Wednesday, January 21, 2009

Cast Offs?

This is a story about "cast offs". A cast off is a small piece of fabric that is left over from a previous quilt or pillow project. Someone taught me very early in life to be thrifty and frugal. It may have been my mom, grandmother or my late stepfather, Eddie, but I can't remember. Anyway, I can't seem to throw anything away . . . ever!
The projects pictured below are all produced from cast offs. I love working with "Thimbleberries" fabrics because they were all designed to coordinate with each other. Has anyone other than me ever noticed this? The "Thimbleberries" designer is Lynette Jensen and she is one of my idols in life. I just love her fabric designs and have built up an extensive collection. You will notice that most of my creations are inspired by the "Thimbleberries" colors.
Another one of my crafting idols is Eleanor Burns. Eleanor is a well-known quilt designer and has been featured often on HGTV's show "Simply Quilts". I love to watch her demonstrate quilting processes. She makes me laugh. While using her rotary cutter, she will demonstrate how to cut strips, squares, etc. and she will take the unused scraps of fabric and whip them backwards over her shoulder with a sound effect. This is an "Eleanor Burns" cast off!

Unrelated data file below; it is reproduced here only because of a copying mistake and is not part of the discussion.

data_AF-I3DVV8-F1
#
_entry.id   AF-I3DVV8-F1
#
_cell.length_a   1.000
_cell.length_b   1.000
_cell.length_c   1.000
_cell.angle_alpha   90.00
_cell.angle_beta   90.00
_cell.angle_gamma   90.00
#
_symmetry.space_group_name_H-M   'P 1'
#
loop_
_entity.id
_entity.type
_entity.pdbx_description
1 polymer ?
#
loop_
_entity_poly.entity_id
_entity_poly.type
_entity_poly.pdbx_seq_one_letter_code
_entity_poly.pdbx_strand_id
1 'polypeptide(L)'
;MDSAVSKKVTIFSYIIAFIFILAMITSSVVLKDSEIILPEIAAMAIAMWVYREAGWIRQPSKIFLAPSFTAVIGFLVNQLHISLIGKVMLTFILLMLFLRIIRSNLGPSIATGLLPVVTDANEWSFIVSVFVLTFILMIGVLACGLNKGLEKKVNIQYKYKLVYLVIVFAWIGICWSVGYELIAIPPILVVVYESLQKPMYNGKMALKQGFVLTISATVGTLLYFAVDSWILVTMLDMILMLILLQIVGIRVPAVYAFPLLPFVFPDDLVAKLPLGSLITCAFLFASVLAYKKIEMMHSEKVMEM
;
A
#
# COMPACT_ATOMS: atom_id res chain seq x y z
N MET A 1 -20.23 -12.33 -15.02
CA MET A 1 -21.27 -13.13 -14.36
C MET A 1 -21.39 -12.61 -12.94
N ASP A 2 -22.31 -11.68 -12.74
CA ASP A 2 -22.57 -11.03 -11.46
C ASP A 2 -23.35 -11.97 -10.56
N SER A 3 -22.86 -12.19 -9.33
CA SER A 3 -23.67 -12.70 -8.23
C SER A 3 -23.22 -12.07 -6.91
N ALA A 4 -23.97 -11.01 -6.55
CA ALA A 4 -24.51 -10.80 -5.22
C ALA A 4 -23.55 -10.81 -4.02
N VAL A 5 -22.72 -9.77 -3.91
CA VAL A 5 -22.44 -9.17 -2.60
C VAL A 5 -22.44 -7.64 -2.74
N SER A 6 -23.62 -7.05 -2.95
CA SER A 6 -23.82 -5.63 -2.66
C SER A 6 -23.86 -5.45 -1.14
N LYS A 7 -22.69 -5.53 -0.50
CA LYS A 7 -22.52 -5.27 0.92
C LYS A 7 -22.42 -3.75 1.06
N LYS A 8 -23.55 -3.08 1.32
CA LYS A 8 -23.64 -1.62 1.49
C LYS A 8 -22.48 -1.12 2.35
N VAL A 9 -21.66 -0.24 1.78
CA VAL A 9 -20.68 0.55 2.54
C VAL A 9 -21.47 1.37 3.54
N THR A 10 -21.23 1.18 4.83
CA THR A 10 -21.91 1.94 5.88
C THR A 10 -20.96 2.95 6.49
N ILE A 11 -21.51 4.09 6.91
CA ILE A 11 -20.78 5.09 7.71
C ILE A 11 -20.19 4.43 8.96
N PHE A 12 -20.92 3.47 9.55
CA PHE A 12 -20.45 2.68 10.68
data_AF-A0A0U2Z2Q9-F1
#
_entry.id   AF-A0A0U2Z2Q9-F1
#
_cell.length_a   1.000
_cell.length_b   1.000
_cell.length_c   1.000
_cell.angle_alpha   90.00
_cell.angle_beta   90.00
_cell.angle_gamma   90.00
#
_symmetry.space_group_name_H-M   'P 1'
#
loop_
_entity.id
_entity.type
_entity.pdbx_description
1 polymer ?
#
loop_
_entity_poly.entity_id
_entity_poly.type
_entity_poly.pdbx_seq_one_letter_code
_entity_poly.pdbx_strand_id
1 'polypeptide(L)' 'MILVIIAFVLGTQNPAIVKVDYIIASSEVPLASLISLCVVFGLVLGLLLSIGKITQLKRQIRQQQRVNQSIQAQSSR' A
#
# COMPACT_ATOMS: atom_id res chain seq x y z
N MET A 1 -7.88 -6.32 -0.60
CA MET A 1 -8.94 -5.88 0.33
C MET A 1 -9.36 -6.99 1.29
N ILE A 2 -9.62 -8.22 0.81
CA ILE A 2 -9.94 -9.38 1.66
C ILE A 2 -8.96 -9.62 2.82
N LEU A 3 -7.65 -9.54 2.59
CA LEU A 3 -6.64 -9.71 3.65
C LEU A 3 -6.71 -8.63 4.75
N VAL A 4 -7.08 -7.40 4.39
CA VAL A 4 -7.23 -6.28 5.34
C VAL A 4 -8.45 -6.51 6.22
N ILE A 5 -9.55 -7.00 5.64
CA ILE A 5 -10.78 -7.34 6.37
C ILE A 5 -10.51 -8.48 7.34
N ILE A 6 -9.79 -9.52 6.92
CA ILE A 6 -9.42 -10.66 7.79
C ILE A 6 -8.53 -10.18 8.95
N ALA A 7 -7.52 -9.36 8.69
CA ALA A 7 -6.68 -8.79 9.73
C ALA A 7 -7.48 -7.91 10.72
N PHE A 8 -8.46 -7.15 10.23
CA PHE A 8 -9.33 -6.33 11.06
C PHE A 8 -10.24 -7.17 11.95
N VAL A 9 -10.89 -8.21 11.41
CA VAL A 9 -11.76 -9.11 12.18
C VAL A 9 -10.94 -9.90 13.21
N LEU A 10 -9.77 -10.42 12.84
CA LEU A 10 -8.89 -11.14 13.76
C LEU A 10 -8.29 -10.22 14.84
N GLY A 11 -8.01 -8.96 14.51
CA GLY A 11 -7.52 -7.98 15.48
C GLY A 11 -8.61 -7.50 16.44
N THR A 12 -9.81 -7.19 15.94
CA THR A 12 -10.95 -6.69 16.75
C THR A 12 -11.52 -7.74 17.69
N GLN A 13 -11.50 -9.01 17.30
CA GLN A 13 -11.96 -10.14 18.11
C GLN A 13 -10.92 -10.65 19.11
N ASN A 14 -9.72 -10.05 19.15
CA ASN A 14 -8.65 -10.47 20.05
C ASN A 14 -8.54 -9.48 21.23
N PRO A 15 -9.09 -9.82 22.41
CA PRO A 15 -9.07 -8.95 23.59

So, now that you have been educated about "cast offs", if you follow my blog regularly, you will notice that most of my projects are created from these little pieces of fabric that I just couldn't part with.
Below is a pillow I designed from cast offs. It has an embroidered heart in the center.

The image below is a button bag I just threw together using Thimbleberries cast offs. I was scheduled to babysit my grandkids Jack and Norah in Newmarket one day last week, so I grabbed a small stash of fabric, some matching quilting and embroidery threads, buttons, my pin cushion and scissors, then off I went. When the kids were either sleeping or occupied with playing, I laid out my pieces of fabrics and matched up a few that I thought went well together. I hand-pieced all of the patchwork, embroidered a little "buttons" sign and attached it with blanket stitching. My style is to create as I go (I rarely use patterns) and this is what I ended up with!

My next door neighbor Joe, gives me all of his empty cigar boxes and I repurpose them into decorated boxes for buttons, recipes, keepsakes, coupons, etc. This is my latest creation using "cast offs". I made yoyo flowers with button centers and hand-embroidered the words. The cigar box is painted black to match my fabric choices.

Monday, January 19, 2009

Log Cabin quilted wall hanging